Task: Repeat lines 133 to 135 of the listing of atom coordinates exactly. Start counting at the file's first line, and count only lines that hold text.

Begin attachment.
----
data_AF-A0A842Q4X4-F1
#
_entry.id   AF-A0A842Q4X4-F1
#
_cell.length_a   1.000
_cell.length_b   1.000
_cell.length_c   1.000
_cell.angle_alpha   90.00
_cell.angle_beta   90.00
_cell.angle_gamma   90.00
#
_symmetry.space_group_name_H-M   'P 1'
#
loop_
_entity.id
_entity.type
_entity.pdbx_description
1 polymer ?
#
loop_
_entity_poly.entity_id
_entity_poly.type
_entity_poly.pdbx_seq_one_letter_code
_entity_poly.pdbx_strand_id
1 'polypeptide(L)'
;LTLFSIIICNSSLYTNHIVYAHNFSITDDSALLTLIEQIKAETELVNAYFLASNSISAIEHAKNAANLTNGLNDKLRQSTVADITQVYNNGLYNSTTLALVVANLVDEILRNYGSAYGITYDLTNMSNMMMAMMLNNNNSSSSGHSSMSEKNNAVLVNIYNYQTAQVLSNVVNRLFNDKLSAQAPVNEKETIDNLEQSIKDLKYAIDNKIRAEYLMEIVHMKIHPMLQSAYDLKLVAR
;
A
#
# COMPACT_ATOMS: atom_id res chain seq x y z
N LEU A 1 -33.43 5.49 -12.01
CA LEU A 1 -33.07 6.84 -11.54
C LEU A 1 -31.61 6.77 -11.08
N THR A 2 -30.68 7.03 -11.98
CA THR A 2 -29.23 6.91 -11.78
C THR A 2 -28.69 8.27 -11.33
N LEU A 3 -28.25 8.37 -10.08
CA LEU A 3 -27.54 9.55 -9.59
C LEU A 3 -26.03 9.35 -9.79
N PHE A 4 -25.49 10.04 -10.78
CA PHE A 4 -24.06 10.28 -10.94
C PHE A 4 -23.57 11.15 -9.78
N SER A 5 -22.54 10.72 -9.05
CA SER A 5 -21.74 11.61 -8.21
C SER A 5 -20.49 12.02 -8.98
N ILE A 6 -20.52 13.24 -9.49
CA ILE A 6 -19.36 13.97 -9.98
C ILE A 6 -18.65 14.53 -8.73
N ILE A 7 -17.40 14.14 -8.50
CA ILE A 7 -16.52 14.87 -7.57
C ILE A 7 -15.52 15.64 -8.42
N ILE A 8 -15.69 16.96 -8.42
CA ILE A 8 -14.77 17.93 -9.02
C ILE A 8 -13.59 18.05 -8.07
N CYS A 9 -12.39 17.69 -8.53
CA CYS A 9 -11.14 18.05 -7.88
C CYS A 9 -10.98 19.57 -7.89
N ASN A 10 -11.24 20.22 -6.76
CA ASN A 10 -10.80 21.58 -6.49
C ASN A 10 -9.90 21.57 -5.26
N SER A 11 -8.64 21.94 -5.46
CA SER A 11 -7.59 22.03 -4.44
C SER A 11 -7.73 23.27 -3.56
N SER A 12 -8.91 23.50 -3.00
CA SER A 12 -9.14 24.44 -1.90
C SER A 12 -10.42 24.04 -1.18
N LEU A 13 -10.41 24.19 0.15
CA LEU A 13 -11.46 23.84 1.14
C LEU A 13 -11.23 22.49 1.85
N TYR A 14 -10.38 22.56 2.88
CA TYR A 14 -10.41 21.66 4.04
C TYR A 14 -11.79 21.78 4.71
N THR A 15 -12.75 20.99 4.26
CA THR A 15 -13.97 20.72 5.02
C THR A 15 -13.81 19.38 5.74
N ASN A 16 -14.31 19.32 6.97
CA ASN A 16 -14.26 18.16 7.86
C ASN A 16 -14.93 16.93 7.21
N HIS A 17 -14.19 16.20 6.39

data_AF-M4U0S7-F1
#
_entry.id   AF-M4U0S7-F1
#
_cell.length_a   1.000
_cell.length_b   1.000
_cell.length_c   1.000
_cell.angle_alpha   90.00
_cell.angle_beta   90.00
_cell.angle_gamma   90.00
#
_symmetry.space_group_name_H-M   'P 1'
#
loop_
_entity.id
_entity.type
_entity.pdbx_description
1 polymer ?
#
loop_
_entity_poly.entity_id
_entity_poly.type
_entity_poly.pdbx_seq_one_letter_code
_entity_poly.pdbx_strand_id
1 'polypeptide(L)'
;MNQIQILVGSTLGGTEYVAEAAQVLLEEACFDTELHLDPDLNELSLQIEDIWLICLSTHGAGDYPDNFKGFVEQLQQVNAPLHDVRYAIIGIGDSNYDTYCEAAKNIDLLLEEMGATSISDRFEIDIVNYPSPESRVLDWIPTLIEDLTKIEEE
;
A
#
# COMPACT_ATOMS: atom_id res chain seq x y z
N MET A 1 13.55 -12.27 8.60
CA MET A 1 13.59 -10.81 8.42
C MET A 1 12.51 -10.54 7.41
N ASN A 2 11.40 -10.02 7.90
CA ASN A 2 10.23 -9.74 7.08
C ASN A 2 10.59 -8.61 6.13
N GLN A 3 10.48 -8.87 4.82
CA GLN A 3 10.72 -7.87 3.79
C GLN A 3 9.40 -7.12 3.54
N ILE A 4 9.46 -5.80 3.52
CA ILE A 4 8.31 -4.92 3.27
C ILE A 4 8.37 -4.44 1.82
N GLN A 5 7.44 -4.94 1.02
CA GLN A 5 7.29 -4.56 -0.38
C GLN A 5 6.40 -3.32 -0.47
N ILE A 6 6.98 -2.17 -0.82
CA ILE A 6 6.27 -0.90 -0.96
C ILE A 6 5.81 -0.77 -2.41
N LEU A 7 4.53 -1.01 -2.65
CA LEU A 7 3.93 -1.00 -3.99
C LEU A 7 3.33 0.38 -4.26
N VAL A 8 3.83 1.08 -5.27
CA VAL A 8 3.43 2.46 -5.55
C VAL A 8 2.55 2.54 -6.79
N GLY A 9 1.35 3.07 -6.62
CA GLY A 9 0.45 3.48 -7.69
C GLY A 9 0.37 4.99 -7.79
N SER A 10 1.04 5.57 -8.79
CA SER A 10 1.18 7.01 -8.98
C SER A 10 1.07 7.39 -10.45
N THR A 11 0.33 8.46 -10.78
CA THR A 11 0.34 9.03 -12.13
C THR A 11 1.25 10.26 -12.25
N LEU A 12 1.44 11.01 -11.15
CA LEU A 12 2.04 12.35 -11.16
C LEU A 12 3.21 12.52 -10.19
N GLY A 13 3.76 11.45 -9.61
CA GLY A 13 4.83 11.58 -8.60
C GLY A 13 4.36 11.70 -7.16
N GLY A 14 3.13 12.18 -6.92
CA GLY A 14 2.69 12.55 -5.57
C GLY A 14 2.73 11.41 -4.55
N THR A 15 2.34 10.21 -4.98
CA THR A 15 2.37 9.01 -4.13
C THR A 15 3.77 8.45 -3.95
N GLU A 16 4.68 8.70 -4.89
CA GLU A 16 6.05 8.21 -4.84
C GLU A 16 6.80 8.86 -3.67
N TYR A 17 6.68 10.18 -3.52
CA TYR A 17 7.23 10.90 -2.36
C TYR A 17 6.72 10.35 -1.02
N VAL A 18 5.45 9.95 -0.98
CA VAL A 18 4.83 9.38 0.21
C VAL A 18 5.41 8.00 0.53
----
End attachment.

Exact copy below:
C VAL A 8 2.55 2.54 -6.79
N GLY A 9 1.35 3.07 -6.62
CA GLY A 9 0.45 3.48 -7.69